One of the other hats I wear, apart from writer of elegant fictional prose (!) is that of editor of Chudleigh Phoenix Community Magazine. In that guise I applied for a press pass to the count for the district and town elections earlier this month. Somewhat to my amazement, my application was accepted. In fact they also offered me one for the Parliamentary count the previous evening, but as we live in a constituency with a very safe Conservative seat, there weren’t going to be any surprises there, so I declined.
So, I spent Friday 8th May at Newton Abbot racecourse, sharing the press room with journalists from two local newspapers. I found it fascinating, not just for the results, but for everything else that was going on around me.
The information pack talked of a press room with beverages on tap; free wifi and our own toilets. Such glamour! I told my husband, a candidate in the town election, that I would be too busy to spend much time in the public rooms with him, but that I’d pop out and see him from time to time.
The count was to begin at 10.30am, and doors opened at 10am. So, at 9.59am, I was in the car park, raring to go. To my surprise, the press room, when I finally found it, was empty. The more experienced hacks, knowing that no results would come through for at least an hour or so, gradually made an appearance, greeting each other like long-lost friends. But at least, by then, I’d managed to grab a good location, next to one of the very few power points in the room.
On a silent television above our heads, the national picture was continuing to crystalise: the number of Conservative MPs gradually crept towards, and then exceeded, the magic number of 325. Party leaders were falling on their swords: first Farage, then Clegg and finally Miliband. But that was only a background to the main event.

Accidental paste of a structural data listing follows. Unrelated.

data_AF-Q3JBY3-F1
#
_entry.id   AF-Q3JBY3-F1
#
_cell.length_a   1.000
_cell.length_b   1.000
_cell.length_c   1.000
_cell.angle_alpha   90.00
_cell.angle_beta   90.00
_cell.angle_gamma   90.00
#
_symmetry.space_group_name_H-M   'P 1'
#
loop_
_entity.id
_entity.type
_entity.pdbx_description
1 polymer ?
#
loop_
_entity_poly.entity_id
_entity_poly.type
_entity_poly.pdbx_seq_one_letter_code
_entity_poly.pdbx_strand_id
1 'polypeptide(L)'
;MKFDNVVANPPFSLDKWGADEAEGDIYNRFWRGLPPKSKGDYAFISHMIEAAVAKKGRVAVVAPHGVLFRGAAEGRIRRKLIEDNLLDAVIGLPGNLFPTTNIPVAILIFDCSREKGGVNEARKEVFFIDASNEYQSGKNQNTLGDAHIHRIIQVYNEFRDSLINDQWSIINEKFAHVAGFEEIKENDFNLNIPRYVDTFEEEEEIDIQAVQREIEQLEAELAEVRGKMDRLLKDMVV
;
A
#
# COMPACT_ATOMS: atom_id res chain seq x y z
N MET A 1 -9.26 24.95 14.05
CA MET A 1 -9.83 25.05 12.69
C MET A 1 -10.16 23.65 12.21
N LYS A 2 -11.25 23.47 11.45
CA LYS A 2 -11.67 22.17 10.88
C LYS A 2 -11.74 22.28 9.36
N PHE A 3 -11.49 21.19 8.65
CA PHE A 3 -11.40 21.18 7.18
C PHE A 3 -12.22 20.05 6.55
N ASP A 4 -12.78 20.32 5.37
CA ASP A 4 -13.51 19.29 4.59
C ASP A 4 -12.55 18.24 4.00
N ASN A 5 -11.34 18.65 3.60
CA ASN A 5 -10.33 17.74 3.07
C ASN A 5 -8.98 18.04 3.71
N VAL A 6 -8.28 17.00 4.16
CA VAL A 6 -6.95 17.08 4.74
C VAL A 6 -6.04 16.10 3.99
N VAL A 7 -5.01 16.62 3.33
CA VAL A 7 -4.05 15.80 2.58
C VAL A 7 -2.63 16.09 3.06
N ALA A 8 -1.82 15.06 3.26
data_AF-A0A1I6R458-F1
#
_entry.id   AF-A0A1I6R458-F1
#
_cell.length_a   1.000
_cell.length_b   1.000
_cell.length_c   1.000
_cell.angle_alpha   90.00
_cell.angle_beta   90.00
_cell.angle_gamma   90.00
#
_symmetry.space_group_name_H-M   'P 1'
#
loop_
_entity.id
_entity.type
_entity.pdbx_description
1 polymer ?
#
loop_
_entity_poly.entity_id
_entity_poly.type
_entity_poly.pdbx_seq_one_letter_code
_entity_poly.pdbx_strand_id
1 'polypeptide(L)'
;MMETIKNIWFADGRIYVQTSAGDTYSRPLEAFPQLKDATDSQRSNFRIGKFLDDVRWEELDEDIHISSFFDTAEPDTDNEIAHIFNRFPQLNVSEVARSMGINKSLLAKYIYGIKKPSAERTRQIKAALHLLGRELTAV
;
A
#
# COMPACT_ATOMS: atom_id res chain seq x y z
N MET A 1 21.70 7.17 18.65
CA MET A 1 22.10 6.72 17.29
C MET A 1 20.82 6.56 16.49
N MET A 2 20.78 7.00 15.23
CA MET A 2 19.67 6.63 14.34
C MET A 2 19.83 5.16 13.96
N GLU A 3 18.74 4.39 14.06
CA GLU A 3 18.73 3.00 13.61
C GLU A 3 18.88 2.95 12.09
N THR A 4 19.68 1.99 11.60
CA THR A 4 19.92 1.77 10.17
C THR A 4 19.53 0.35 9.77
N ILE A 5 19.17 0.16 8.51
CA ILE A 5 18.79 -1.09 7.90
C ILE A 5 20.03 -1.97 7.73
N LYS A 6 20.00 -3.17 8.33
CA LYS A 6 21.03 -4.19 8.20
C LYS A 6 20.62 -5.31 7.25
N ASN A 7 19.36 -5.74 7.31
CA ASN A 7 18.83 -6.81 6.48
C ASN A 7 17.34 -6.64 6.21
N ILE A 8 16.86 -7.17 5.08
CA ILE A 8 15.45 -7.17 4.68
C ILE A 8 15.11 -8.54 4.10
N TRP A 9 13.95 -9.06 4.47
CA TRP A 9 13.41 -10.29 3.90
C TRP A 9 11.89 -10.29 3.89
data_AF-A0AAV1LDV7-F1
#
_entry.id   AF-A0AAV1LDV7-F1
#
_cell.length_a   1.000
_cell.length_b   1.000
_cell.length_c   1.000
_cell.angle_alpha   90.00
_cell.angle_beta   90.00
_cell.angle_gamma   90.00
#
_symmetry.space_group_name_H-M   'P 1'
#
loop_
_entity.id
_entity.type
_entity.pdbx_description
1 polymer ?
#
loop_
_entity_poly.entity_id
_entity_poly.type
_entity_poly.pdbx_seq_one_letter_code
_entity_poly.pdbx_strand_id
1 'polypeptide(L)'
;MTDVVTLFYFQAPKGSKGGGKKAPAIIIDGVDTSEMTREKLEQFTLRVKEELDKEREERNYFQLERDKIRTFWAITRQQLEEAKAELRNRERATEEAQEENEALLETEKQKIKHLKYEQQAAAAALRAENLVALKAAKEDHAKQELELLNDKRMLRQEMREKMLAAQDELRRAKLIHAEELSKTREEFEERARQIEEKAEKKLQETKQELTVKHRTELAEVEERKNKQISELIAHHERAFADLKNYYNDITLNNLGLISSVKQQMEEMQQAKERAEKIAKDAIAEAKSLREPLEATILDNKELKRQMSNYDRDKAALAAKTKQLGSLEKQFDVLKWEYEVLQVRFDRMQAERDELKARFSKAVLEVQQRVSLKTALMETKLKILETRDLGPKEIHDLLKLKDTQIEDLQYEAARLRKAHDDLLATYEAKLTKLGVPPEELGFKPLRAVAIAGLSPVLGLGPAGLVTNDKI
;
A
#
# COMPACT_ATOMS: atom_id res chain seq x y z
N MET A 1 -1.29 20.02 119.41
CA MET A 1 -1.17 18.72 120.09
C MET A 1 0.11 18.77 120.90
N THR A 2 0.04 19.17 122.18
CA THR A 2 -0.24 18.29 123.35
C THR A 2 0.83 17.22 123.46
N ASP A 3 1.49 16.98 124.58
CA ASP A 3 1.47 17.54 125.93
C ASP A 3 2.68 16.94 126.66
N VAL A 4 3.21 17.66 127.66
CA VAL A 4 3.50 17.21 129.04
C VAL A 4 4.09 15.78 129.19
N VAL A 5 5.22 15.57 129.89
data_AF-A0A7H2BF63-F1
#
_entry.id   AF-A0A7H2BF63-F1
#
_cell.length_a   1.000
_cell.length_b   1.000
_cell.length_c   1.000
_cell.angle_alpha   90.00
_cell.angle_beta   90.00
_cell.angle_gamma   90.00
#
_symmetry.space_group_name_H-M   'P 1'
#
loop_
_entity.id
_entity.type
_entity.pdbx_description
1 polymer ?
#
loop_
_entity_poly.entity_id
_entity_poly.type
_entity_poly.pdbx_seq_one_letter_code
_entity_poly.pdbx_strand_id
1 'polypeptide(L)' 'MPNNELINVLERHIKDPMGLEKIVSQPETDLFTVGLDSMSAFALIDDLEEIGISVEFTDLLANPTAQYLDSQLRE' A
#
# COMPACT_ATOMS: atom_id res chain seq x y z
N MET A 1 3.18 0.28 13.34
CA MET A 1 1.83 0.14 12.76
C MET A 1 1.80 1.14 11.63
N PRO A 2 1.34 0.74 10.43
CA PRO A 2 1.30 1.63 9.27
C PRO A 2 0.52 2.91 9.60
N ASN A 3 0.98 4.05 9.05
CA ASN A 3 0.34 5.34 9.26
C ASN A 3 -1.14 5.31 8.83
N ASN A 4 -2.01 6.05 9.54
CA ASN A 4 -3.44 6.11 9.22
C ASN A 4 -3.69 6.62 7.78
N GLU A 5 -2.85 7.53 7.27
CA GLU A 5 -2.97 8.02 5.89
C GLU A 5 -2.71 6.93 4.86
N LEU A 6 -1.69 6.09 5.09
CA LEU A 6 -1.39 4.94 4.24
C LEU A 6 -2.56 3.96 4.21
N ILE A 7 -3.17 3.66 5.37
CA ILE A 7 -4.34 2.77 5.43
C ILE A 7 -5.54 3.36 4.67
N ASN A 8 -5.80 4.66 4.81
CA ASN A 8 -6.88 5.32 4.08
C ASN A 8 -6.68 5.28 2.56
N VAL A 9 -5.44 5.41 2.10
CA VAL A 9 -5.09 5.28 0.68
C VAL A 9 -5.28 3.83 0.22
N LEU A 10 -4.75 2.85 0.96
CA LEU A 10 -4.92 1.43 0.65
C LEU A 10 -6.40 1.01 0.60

The more experienced journalists never made it to the counting hall. They stayed in the press room and had the results—and successful candidates they wished to interview—brought to them. They’d seen it all before and it was just another day of work for them. In fact, there was more excitement when one poor man fell on the outside staircase than there was when each set of results was announced.
The District counts came first. Wards and table numbers were announced over the tannoy, followed by calls for candidates to go and discuss disputed papers, further calls for candidates to hear the results, and then the results were publicly announced. Kenton with Starcross; Ipplepen; Teignbridge North…the list went on. The colour of the new council became obvious quite quickly: by the time 21 wards had been declared, there were 24 Conservative seats against seven for the Lib Dems and five Independents.
Finally it was Chudleigh’s turn. And I could stay in the press room no longer. Grabbing my notebook, I paced the floor in front of the counters’ table with the candidates and their supporters. The system for counting votes may not be high-tech, but it certainly works well. Ballot papers are fixed to a sticky strip, lined up side by side, and then counts for each candidate totalled at the edge of the paper. As the sheets began to pile up on the collating table, even reading the numbers upside down, it was clear that we had a three-horse race and by the time the results were announced, they were no surprise to any of the observers.
I found the count for Town Councillors much harder to observe; not only because I had a personal interest in the results, but also because it’s more difficult to get an impression of how the numbers are going when there are 16 candidates to keep track of. The outcome of this poll was not certain until the official results were announced. By that time, we’d been there for nearly eight hours, and the glamour was beginning to wear off. Wearily, I collected my newly-elected husband and we headed for the car park and home.
As for that information pack; well it wasn’t quite accurate. Tea and coffee were provided, as was milk – but as no-one seemed to know where the kettle was kept, we ended up in the snack bar with everyone else. And as for our own toilets – I never did manage to find them either. But it was a fun day and I will definitely do it all again; although I might turn up just a bit later next time.
Elizabeth Ducie was a successful international manufacturing consultant, when she decided to give it all up and start telling lies for a living instead.
The cookie settings on this website are set to "allow cookies" to give you the best browsing experience possible. If you continue to use this website without changing your cookie settings or you click "Accept" below then you are consenting to this.